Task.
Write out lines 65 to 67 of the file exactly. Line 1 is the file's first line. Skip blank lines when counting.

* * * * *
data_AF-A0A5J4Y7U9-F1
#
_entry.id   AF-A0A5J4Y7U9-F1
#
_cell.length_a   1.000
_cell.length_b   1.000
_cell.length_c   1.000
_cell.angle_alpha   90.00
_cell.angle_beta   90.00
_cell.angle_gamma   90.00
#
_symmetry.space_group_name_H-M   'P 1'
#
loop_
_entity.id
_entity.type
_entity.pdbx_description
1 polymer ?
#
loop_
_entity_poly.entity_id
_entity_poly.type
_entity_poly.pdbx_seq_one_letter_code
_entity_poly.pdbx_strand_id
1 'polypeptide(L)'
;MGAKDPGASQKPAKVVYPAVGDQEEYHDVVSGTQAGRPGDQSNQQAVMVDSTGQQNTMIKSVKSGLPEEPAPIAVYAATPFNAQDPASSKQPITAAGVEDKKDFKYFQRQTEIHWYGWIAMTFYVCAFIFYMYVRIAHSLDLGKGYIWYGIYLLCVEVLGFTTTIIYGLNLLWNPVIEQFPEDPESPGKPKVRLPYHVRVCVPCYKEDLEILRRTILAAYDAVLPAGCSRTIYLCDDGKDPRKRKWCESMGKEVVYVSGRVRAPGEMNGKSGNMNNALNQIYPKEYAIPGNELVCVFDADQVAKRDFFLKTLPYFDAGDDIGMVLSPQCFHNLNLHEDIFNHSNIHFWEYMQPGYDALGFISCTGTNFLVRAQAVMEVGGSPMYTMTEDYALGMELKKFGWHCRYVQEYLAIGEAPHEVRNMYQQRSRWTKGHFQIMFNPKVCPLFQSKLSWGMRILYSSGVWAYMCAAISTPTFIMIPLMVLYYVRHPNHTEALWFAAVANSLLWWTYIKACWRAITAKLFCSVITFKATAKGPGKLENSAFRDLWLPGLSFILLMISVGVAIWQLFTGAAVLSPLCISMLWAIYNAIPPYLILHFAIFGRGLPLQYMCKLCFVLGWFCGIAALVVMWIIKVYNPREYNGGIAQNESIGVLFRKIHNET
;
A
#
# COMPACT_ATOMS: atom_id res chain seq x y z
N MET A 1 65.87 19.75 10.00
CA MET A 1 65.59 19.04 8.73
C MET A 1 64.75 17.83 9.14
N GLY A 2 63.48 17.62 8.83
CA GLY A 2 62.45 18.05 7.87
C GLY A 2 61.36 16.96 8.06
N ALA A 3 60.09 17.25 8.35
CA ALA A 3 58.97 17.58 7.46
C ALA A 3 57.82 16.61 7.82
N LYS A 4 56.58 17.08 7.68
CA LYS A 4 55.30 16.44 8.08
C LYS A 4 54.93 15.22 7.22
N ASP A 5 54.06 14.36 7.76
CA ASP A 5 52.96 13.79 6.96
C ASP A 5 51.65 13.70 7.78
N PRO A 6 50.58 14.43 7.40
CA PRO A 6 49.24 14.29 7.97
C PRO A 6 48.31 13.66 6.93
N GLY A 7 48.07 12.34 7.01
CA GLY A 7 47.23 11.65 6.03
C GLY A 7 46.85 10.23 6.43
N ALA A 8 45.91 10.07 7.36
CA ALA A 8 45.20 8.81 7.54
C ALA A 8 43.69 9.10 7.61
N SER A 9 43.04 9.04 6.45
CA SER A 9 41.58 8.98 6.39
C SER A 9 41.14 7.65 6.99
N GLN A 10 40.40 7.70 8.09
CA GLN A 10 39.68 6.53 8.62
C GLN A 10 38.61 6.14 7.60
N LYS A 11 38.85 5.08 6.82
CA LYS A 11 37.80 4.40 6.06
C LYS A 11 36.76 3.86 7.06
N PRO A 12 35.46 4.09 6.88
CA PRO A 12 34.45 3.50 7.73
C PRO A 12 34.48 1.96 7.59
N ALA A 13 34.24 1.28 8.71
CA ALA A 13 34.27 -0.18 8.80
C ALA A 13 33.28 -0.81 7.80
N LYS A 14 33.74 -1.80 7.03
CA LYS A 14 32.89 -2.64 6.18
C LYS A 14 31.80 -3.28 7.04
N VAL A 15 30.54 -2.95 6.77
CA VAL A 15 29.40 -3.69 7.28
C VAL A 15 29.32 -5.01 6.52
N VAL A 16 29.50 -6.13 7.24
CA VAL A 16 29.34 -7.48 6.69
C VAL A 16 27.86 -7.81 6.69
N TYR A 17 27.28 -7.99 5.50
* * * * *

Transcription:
CA PRO A 12 34.45 3.50 7.73
C PRO A 12 34.48 1.96 7.59
N ALA A 13 34.24 1.28 8.71